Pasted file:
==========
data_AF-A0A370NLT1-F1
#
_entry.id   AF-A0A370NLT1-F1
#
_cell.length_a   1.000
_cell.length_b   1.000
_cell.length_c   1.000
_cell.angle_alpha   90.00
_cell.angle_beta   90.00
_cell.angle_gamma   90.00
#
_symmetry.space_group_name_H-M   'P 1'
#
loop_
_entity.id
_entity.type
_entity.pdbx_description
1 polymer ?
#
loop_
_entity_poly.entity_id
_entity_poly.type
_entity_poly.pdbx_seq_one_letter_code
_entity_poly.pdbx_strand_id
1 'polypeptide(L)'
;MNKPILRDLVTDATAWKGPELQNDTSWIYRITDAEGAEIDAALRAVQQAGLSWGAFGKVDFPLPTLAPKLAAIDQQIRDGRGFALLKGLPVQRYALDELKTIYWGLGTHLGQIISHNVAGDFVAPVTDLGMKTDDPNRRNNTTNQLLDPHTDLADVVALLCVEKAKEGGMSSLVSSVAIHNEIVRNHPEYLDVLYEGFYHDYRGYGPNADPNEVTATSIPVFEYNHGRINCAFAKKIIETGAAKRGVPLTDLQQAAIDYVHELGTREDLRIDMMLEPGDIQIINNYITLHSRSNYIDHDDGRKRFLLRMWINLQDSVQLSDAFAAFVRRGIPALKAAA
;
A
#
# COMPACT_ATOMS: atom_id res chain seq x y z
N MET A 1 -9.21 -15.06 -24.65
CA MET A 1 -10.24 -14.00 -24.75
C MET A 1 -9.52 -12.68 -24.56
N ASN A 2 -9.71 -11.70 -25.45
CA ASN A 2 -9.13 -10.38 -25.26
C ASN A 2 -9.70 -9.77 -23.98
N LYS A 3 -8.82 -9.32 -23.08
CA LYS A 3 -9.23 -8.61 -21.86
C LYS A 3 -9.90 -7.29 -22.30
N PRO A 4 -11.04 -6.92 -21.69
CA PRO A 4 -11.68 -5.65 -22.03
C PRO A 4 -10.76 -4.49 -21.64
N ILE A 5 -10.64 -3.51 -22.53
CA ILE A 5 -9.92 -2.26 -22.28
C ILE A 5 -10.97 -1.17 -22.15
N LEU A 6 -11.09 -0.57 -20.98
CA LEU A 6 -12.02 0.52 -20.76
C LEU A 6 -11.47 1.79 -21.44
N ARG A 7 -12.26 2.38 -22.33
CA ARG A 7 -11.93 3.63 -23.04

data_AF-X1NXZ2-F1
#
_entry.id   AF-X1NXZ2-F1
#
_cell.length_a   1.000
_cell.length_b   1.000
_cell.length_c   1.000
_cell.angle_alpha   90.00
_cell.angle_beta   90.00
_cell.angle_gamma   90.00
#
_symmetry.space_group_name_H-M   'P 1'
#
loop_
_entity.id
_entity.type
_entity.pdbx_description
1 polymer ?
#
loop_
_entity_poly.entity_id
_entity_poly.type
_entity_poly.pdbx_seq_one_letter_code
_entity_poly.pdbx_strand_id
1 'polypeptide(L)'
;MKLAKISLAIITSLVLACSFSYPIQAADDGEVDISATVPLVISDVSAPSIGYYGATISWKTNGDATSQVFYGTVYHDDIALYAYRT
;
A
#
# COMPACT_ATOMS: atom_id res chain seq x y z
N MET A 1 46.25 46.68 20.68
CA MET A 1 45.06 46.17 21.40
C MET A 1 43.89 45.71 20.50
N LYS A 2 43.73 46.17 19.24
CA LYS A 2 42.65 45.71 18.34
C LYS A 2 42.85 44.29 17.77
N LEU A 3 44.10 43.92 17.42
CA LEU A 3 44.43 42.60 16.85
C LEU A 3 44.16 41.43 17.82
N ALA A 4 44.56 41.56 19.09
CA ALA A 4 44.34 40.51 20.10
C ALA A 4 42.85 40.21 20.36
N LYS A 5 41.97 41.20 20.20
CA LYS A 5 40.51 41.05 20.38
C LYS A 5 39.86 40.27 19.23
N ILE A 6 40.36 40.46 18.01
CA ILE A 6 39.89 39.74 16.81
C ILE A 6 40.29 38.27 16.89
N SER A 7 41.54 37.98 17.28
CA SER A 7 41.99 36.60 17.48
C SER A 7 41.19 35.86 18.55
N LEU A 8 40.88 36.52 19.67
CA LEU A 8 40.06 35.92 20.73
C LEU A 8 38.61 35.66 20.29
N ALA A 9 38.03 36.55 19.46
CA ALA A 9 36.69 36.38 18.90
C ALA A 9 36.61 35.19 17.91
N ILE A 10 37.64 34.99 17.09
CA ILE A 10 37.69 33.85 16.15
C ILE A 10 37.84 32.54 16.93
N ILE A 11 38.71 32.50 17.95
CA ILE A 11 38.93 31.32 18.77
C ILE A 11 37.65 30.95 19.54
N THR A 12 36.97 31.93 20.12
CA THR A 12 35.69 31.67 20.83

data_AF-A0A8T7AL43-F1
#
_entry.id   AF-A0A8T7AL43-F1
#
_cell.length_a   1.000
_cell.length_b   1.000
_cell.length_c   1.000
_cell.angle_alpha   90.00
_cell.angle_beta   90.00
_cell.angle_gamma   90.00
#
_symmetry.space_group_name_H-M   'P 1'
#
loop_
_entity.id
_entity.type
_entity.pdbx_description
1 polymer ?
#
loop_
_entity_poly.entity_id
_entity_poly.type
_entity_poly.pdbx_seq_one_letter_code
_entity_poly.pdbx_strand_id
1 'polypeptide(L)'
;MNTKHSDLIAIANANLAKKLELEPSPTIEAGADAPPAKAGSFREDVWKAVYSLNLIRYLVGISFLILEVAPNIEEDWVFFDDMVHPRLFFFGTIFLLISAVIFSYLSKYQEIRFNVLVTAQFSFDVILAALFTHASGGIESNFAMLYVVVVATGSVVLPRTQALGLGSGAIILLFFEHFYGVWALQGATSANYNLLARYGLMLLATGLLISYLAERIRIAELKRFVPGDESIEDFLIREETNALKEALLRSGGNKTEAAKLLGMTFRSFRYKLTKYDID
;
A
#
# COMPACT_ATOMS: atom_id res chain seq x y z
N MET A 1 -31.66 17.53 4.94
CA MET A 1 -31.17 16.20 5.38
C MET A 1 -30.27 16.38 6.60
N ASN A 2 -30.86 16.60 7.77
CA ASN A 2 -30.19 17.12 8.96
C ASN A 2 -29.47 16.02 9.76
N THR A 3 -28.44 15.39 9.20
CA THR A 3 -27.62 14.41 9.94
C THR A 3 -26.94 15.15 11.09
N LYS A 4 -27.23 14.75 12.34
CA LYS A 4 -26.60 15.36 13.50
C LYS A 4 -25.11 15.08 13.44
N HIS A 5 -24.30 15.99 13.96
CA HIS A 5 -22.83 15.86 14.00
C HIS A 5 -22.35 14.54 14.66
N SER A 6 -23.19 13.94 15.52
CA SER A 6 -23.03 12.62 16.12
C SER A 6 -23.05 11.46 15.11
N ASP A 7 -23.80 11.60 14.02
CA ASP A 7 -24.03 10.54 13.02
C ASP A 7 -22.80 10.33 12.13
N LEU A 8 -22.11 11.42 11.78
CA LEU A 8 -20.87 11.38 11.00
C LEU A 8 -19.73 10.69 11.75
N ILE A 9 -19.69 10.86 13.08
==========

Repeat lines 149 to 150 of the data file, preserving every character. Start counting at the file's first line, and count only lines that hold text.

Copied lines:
N ASN A 2 -30.86 16.60 7.77
CA ASN A 2 -30.19 17.12 8.96